I ask you to consider this.... What would have happened to the Australian Defence Force if people like my husband and I, and our peers, had not signed on.  If a defence force only operated at a time when deployments were available and not also through times of general world stability where would we be when the need for deployments arose?   If you took everyone out of service who did not, or has not, deployed you would not have a functioning service. It is as simple as that.

A good friend of mine also did not deploy when his unit did. When the time came for his unit to deploy he and one other member were told to stay behind by the Commanding Officer.... for one reason and one reason only... because they NEEDED their expertise back home to make sure that the deployed members were expertly supported whilst they were away. They knew they could count on them, and others like them, to keep the admin going, to make sure that their needs were met whilst they went off to do a job.  It enabled them to concentrate on the job.   Later when the unit was home, the Commanding Officer reiterated that their contribution had been essential. 

For a long time I did not value my service as highly as I should have, like many of you, because I had not deployed, because I had served in a largely peacetime military. I was proud of my service but perhaps not as proud as I felt those who had "done more" should be.  Over time I have come to appreciate that if I, and those of my era and others, had not chosen to serve, then we would not have had a deployable force available when the need arose. 

These days, whilst I would never compare my service to that of many today who are being called upon to do many things I was not, I am now quite comfortable with the fact that my service is something to be proud of as much as anyone else.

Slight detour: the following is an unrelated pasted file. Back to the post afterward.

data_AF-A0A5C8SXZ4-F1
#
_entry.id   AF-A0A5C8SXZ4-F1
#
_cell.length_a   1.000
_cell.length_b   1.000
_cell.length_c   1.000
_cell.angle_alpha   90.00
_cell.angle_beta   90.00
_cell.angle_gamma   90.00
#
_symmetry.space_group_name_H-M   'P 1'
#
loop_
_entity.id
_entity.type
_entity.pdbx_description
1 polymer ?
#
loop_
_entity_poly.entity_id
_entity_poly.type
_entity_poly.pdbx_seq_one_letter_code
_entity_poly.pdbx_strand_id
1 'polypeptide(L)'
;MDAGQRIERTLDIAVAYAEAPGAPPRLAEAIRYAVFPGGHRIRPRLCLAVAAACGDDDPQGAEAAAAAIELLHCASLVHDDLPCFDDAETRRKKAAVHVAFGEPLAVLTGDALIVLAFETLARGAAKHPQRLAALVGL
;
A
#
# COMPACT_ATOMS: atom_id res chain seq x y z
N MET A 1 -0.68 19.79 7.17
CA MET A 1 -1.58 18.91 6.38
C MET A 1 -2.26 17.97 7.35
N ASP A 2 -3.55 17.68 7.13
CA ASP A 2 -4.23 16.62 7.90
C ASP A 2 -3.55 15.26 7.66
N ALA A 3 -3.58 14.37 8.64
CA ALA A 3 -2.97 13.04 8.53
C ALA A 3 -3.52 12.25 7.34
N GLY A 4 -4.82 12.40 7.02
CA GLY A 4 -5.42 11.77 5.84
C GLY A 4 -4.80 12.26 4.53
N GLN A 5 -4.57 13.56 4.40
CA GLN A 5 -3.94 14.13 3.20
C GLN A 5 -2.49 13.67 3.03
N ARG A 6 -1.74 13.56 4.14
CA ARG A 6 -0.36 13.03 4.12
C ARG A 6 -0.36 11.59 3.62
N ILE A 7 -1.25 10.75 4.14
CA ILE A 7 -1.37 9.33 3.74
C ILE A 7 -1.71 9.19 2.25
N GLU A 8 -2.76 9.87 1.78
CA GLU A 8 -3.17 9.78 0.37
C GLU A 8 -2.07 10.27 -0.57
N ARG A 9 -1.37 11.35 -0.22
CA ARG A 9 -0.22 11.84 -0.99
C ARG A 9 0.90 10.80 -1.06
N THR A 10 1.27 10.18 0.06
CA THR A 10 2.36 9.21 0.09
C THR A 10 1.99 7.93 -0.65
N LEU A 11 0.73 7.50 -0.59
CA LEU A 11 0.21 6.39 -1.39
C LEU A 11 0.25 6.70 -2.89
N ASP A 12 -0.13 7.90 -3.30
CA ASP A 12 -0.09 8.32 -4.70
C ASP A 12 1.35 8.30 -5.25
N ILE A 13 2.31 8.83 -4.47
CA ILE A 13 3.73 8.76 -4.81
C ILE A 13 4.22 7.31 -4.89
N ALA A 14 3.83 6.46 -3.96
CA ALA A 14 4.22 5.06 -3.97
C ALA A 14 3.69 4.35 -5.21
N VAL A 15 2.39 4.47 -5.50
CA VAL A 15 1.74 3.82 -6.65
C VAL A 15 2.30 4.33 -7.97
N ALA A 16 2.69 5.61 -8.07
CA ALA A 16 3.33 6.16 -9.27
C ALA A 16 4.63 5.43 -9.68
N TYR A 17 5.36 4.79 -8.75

I am incredibly proud to be involved in By The Left, and to stand against these amazing women, all of who have deployed.  One of our number is currently depIoyed, coming home just in time to march.   They, like me, want to be there to stand with other women who have served.  Personally, I want to take my place with all the amazing female veterans as much to encourage others without deployment medals, as to stand beside a group of women I am incredibly proud of.

But this post is not just about the ladies who maybe have not marched for a while, it is also for the fellows who likewise do not value their service.  If you signed on the dotted line and agreed to serve your country, whether you served in Australia or overseas, stand proud.  You SERVED. You put the country's needs before yours and had you been called to war you would have gone and for that, you deserve to be thanked for your service. 

I am very much looking forward to the March.  Hope to see you there... JMxx



2 comments:

  1. Well said. Thank you all for your Service.

    ReplyDelete
  2. The CO directed that bloke you refer to who 'kept the home fires burning'to attend and participate in the Welcome Home march through Sydney as part of the contingent who went OS. One of the proudest days of his career in the RAAF.

    ReplyDelete